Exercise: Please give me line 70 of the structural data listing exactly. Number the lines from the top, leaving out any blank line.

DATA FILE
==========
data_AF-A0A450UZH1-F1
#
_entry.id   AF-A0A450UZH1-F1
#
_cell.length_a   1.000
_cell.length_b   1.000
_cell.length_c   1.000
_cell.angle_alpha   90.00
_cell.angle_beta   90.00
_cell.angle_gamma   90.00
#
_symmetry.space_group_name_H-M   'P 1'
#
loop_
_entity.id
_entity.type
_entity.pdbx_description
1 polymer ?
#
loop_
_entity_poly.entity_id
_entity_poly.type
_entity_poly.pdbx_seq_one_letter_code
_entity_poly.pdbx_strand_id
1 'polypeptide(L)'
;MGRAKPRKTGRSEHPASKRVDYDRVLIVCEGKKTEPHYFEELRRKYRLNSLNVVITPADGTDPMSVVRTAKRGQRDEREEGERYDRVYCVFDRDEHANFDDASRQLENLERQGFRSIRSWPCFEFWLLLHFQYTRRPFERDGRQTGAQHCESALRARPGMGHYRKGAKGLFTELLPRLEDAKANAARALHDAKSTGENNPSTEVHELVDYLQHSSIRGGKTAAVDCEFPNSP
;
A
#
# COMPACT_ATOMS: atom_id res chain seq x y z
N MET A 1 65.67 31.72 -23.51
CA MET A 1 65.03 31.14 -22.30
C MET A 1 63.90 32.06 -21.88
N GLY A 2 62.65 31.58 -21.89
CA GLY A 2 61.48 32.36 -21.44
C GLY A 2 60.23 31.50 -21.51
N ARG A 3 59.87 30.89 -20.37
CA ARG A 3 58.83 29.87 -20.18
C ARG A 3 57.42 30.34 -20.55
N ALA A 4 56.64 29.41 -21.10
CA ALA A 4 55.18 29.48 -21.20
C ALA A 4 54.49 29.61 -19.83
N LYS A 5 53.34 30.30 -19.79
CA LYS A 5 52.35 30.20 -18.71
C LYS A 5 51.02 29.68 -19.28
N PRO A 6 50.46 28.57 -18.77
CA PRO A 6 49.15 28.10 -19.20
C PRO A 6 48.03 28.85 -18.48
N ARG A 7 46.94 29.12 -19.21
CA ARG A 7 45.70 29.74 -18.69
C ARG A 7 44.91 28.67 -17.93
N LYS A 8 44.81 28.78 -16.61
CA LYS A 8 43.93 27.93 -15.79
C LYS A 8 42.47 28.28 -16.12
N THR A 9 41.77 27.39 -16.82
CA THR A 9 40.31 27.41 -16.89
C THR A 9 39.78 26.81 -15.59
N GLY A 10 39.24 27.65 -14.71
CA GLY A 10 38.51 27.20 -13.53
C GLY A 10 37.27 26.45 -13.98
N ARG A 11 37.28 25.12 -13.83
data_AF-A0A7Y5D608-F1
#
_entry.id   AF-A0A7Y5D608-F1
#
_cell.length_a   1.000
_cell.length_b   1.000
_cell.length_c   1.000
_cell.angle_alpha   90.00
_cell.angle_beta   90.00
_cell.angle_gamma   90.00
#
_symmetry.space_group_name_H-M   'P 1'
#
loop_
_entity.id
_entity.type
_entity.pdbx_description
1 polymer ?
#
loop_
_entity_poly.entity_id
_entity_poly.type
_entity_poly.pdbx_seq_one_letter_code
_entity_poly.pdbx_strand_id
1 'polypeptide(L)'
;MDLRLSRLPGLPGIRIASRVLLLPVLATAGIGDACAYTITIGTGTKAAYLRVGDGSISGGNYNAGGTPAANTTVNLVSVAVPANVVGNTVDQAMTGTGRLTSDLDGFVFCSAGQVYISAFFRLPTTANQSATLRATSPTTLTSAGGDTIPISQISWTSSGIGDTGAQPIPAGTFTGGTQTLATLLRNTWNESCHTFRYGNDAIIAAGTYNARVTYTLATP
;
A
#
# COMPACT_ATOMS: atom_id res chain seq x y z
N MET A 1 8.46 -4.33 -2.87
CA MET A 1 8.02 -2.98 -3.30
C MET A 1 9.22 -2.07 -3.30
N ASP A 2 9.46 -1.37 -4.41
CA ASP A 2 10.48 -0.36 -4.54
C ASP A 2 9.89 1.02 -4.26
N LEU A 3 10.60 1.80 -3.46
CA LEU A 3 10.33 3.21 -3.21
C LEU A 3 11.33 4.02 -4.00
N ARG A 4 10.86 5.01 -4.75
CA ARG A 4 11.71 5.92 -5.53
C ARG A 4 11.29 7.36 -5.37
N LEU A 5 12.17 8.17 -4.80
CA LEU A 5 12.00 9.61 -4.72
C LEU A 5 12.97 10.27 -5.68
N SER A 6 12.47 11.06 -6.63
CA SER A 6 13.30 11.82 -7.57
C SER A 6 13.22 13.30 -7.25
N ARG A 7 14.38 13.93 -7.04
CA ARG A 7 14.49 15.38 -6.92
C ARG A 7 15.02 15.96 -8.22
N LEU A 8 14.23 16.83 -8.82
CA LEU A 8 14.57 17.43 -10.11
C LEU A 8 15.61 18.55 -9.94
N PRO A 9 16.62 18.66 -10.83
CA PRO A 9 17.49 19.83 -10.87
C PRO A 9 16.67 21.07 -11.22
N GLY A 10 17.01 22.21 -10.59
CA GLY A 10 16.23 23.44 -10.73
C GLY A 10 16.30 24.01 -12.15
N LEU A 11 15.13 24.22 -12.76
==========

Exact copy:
_cell.angle_beta   90.00